Micah with his family, father Rich Feldman, mother Janice
Fialka, and sister Emma, 15.
Story: ‘The Ride Of My Life’
For those interested in more information
about inclusion (and to read Micah Fialka-Feldman’s
article on the subject), go to the Web site of Inclusion
News at www.inclusion.com
Also see KASA (Kids As Self Advocates), a
national network of teens and young adults with
disabilities and special health care needs, sharing
information and resources around healthy and successful
transitions to adulthood, www.fvkasa.org.
To learn more about Micah and see a video
of his high school run, an interview of him and of his
high school teacher Sharon Berke, click
For more information about the Disability
Pride March in Chicago, July 18, click
here or call (773) 263-6378.
The program is designed to help students with special cognitive
needs transition from high school into college classes and to help
them participate in campus life. Few programs of this kind exist
across the country.
Usually, special-needs students are segregated throughout their
lives in special-education classes through high school and in
living situations that can provide supportive environments. But
little is available for those, like Micah, who want to be included
in the daily lives and dreams of the general population.
“The value of this program for Micah is if he wants to
perform as a non-disabled person, he needs role models to see what
that looks like,” says Rebecca Craig, assistant director of
special education in the Rochester Community Schools. “He has
the right like anyone else to be with his peers and to make
connections to jobs.”
Craig worked with OU to create the pilot program called the
Rochester Community Schools Post-Secondary Transition Program in
Partnership with Oakland Schools.
“Micah is teaching us that he’s capable of many things,”
Craig says. “The general student population will also gain from
this program and get a better understanding of students with
disabilities and see that they have many abilities.
“The program teaches compassion for others — it’s a
win-win situation,” Craig says.
“It’s a fun program and I like taking my classes and
meeting people,” says Micah, who cannot read or write well, and
whose speech is slightly impaired. He also participates in campus
activities, such as Hillel and the Social Work Club.
But Micah is no stranger to inclusion. He was the first student
with cognitive disabilities in the Berkley Public Schools to be
fully included from elementary through high school. His parents,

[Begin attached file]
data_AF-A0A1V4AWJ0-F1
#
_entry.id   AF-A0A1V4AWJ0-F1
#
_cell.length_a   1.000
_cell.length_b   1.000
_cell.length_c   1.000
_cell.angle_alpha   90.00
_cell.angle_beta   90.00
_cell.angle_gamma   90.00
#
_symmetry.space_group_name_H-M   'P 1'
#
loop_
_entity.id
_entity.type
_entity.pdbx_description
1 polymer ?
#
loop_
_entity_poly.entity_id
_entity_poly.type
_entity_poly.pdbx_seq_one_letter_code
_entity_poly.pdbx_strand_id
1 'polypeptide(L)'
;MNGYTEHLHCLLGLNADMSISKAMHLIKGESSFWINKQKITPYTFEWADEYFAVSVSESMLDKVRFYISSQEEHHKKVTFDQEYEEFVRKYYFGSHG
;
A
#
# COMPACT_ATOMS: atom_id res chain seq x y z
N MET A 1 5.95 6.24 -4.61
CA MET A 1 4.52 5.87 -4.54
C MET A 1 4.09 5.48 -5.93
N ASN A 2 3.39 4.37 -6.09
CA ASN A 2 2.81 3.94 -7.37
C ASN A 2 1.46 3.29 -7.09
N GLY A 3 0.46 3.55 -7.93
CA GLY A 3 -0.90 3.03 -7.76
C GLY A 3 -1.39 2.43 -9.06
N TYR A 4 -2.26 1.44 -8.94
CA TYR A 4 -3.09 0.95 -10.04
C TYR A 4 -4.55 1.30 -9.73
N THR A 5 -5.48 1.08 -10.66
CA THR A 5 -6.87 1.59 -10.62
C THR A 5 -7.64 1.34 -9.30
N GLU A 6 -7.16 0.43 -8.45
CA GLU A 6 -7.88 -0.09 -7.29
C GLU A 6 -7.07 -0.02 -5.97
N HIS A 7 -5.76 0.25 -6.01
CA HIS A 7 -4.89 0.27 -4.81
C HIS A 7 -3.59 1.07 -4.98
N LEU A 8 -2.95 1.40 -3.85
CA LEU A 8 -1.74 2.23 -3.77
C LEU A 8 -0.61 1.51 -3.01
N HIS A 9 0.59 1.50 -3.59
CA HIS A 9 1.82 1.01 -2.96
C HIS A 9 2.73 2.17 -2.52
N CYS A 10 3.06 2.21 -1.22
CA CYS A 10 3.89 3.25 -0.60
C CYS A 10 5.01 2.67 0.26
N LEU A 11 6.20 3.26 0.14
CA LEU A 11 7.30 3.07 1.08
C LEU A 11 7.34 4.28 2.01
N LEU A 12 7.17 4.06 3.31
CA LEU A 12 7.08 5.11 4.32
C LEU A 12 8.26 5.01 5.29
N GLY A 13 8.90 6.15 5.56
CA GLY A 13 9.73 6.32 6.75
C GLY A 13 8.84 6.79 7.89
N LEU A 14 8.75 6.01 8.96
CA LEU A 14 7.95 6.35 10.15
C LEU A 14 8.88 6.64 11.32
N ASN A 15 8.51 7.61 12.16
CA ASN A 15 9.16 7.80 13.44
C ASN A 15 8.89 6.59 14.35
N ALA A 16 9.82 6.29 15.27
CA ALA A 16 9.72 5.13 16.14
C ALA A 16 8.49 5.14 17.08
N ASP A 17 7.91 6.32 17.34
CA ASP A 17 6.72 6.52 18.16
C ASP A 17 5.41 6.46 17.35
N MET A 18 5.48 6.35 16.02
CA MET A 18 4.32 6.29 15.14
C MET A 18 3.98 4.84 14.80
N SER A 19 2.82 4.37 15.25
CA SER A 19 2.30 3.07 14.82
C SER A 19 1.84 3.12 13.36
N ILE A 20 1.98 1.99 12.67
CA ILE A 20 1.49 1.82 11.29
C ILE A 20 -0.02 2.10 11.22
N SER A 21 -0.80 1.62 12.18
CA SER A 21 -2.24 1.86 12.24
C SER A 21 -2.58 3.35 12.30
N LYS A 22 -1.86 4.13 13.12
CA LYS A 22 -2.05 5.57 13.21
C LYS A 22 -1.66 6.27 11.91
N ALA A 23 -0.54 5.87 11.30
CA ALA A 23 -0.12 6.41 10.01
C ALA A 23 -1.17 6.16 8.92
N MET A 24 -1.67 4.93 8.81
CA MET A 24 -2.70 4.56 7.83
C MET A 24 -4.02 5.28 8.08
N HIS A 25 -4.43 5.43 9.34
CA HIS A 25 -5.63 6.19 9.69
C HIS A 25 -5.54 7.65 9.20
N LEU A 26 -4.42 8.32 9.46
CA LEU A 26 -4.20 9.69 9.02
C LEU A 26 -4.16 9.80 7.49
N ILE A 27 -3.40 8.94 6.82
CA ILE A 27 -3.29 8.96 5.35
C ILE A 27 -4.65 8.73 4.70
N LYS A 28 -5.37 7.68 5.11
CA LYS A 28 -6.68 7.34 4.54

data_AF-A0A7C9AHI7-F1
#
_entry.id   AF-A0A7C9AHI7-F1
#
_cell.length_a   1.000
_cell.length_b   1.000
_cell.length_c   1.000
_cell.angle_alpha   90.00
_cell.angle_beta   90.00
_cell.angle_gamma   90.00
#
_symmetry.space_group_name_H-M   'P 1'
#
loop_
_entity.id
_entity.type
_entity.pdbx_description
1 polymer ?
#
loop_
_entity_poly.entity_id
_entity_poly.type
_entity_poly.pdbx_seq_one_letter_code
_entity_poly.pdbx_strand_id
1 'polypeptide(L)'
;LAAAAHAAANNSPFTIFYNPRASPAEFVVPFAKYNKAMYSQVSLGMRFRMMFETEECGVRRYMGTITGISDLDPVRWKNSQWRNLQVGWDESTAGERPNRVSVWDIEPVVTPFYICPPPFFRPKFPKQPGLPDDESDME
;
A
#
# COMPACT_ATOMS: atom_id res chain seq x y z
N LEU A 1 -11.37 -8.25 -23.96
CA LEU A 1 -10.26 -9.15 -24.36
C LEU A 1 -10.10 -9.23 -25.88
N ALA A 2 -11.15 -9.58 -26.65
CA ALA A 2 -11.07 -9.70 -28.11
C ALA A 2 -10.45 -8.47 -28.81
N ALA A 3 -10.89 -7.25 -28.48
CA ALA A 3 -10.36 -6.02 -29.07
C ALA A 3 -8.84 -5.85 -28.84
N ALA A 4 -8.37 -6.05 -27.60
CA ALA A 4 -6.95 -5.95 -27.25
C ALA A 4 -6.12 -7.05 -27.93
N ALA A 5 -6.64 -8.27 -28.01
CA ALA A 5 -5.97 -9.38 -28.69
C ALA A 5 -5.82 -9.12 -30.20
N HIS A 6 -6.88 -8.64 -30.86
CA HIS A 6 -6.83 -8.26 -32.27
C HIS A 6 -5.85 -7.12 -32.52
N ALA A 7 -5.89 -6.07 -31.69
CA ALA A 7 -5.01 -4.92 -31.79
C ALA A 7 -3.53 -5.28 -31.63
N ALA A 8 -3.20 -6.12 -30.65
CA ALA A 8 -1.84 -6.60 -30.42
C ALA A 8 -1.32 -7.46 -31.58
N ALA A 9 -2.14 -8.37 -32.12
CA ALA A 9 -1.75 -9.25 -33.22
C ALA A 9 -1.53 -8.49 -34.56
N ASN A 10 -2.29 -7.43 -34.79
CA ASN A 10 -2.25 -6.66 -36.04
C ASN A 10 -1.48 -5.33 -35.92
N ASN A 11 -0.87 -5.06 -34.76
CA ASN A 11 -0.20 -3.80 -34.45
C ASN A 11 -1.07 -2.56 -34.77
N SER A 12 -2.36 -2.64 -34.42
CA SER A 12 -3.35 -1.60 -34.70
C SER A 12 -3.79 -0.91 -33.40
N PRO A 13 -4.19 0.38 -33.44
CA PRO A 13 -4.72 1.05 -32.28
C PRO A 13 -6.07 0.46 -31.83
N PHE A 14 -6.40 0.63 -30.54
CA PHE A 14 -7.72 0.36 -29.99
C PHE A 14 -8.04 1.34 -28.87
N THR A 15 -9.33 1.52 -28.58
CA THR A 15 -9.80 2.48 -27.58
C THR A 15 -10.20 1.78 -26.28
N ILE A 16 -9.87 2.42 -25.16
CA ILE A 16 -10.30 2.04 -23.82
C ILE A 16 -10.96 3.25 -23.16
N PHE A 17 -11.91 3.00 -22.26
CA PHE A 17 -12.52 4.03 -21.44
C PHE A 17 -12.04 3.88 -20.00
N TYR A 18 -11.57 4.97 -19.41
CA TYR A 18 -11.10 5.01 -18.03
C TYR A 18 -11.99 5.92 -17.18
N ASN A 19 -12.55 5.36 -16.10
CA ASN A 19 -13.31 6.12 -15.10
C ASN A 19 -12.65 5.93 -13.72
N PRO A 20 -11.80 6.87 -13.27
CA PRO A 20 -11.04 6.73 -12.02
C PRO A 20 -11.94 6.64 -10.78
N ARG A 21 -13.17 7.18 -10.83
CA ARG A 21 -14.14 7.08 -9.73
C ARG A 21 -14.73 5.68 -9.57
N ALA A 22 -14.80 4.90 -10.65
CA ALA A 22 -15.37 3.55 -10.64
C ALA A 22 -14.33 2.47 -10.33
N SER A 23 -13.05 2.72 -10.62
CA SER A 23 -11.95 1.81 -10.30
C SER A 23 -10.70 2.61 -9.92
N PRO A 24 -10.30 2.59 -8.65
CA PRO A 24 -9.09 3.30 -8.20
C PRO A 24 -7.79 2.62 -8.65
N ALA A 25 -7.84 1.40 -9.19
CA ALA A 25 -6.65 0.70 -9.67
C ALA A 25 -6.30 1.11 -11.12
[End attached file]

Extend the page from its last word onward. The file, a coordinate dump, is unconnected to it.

Janice Fialka and Rich Feldman, translated their 1960s activism
and ideals into building a supportive community of friends, family
and professionals around Micah.
Micah’s achievements, like celebrating his bar mitzvah or
earning his letter in cross country, were double victories — for
Micah and for the students and teachers who worked with him,
“He’ll be an inspiration to everybody at Oakland
University,” says Sidney Schechet, 17, of Southfield, who met
Micah through a Friendship Circle program five years ago. The two
have been meeting once a week ever since. The Friendship Circle is
a Lubavitch-based social service agency in West Bloomfield.
“It takes guts for Micah to go to Oakland University,”
His first few visits as a Friendship Circle volunteer with
Micah were formal. Eventually, the two started biking, doing
homework together and going to the JCC. “Micah taught me the
value of friendship — to see the inner goodness of people.”
Oliver Hersey, 21, went to Berkley High School with Micah. He
admits he was looking for an easy credit when he volunteered to
take class notes for Micah, but their relationship grew into a
“I learned what inclusive education is with Micah,” says
Hersey, who is studying to be a teacher.
“We all learn differently,” Hersey says. “But it’s time
for people to step out of their boxes and meet Micah. We get
scared when people look a little different. But for inclusion to
work, we need to swallow our fear and find something out about the
Mainstreaming or inclusion is an important part of current
thought in special education, says Robert Wiggins, associate dean
in the OU School of Education and Human Services.
Students in OU’s program learn coping skills and how they can
become independent adults, he says. “They learn what kind of
assistance they need so they can transition from high school into
a full, satisfying life. The emphasis is not to put limits on
Under the program, Micah takes classes for the experience. He
won’t earn a college degree, but he’ll discover ways to put
his interests and college experience to work for him.
“Micah could probably tell you more about the upcoming
presidential campaign than anyone else on campus,” Wiggins says.
Politics is Micah’s passion. He is an award-winning political
activist who is currently interning for state Rep. Andy Meisner,
D-Huntington Woods, in Lansing.
“Micah inspires me to fight for what’s right,” Meisner
says. “He’s not going to be a second-class citizen. Micah has
a vision for the way things should be and he’s taking
affirmative steps in making that a reality ... like having a
Micah says he hopes to work in Lansing to increase awareness on
issues from disabilities to the environment, to lobby and to pass
This summer, he will be part of the first national Disability